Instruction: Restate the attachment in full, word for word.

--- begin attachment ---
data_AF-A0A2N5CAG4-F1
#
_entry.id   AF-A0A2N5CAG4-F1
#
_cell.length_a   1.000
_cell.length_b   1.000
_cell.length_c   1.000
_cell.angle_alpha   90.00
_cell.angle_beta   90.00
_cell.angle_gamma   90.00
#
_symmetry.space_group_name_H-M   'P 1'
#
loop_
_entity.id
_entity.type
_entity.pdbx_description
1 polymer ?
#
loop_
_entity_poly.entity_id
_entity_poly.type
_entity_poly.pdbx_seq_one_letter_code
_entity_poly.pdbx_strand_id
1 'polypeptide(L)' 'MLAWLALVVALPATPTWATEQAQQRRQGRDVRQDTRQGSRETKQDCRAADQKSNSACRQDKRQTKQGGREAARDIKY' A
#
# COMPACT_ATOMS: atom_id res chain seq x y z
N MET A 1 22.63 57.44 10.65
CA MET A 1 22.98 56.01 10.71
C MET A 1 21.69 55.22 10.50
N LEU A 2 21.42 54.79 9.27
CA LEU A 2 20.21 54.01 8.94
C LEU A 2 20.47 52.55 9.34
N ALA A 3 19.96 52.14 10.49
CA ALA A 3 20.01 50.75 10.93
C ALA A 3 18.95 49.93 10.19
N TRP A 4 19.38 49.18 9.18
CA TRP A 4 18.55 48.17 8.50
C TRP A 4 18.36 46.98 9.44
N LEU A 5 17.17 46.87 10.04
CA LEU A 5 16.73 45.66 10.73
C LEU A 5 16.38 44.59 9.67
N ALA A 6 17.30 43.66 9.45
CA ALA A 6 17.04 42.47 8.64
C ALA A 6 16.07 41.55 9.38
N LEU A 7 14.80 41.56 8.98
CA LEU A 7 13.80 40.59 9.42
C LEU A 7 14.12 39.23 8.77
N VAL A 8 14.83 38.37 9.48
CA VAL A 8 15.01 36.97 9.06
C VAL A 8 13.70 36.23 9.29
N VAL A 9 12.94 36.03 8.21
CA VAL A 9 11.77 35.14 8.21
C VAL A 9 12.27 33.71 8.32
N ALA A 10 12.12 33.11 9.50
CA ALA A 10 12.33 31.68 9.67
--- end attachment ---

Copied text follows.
data_AF-A0A2N5CAG4-F1
#
_entry.id   AF-A0A2N5CAG4-F1
#
_cell.length_a   1.000
_cell.length_b   1.000
_cell.length_c   1.000
_cell.angle_alpha   90.00
_cell.angle_beta   90.00
_cell.angle_gamma   90.00
#
_symmetry.space_group_name_H-M   'P 1'
#
loop_
_entity.id
_entity.type
_entity.pdbx_description
1 polymer ?
#
loop_
_entity_poly.entity_id
_entity_poly.type
_entity_poly.pdbx_seq_one_letter_code
_entity_poly.pdbx_strand_id
1 'polypeptide(L)' 'MLAWLALVVALPATPTWATEQAQQRRQGRDVRQDTRQGSRETKQDCRAADQKSNSACRQDKRQTKQGGREAARDIKY' A
#
# COMPACT_ATOMS: atom_id res chain seq x y z
N MET A 1 22.63 57.44 10.65
CA MET A 1 22.98 56.01 10.71
C MET A 1 21.69 55.22 10.50
N LEU A 2 21.42 54.79 9.27
CA LEU A 2 20.21 54.01 8.94
C LEU A 2 20.47 52.55 9.34
N ALA A 3 19.96 52.14 10.49
CA ALA A 3 20.01 50.75 10.93
C ALA A 3 18.95 49.93 10.19
N TRP A 4 19.38 49.18 9.18
CA TRP A 4 18.55 48.17 8.50
C TRP A 4 18.36 46.98 9.44
N LEU A 5 17.17 46.87 10.04
CA LEU A 5 16.73 45.66 10.73
C LEU A 5 16.38 44.59 9.67
N ALA A 6 17.30 43.66 9.45
CA ALA A 6 17.04 42.47 8.64
C ALA A 6 16.07 41.55 9.38
N LEU A 7 14.80 41.56 8.98
CA LEU A 7 13.80 40.59 9.42
C LEU A 7 14.12 39.23 8.77
N VAL A 8 14.83 38.37 9.48
CA VAL A 8 15.01 36.97 9.06
C VAL A 8 13.70 36.23 9.29
N VAL A 9 12.94 36.03 8.21
CA VAL A 9 11.77 35.14 8.21
C VAL A 9 12.27 33.71 8.32
N ALA A 10 12.12 33.11 9.50
CA ALA A 10 12.33 31.68 9.67